Published by Oxford University Press on behalf of Society for the Study of Reproduction. All rights reserved. High density lipoproteins (HDL) take up cholesterol from peripheral tissues via ABC transporters and deliver it to the liver via scavenger receptor class B type I (SR-B1). HDL are the main lipoproteins present in follicular fluid (FF). They are thought to derive from plasma, but their origin is still controversial. SR-B1 knock-out (KO) mice have provided important evidence linking HDL metabolism and female fertility. These mice have cholesterol-rich circulating HDL and female infertility that can be restored by treating mice with the cholesterol-lowering drug probucol. Ovulated oocytes from SR-B1 KO females are dysfunctional and show excess cholesterol. The mechanisms explaining the contribution of FF HDL to oocyte cholesterol homeostasis are unknown. Here, using quantitation of filipin fluorescence we show that in SR-B1 KO ovaries, cholesterol excess is first observed in immature oocytes in antral follicles. By performing cross-transplant experiments between WT and apolipoprotein A-I deficient (ApoA-I KO) mice, which lack the main protein component of HDL, we provide evidence supporting the plasmatic origin of FF HDL. Also, we demonstrate that probucol treatment in SR-B1 KO females results in lowering of cholesterol content in their oocytes. Incubation of oocytes from SR-B1 KO mice with purified WT HDL reduces their cholesterol content, suggesting that HDL promote efflux of excess cholesterol from oocytes. In agreement with this hypothesis, we identified ABC transporters in oocytes and observed that ABCA1 KO oocytes have excess cholesterol and lower viability than WT oocytes.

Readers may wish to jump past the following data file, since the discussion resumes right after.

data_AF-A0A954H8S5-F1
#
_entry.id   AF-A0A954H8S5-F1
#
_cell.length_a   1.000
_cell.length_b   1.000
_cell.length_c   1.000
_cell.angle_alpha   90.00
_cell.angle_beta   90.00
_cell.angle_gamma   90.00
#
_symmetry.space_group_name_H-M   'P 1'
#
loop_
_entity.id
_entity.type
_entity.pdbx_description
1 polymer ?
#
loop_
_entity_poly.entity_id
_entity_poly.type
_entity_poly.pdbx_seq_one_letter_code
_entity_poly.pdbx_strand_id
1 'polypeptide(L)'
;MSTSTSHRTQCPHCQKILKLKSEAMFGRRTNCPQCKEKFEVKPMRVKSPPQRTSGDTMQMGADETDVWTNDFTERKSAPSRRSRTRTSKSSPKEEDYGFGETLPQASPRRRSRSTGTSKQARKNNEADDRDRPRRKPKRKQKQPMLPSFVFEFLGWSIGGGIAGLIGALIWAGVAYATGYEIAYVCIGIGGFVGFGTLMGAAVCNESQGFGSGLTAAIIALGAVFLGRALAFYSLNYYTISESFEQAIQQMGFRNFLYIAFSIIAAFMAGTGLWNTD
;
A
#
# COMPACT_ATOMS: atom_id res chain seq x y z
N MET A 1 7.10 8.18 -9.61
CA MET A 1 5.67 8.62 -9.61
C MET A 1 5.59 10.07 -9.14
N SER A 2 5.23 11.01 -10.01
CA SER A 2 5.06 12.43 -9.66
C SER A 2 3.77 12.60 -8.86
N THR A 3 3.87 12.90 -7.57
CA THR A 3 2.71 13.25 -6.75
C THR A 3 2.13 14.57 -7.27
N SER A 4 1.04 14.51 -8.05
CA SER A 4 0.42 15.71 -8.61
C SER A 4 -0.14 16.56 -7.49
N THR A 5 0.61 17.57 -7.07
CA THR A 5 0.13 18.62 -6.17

- follicular maturation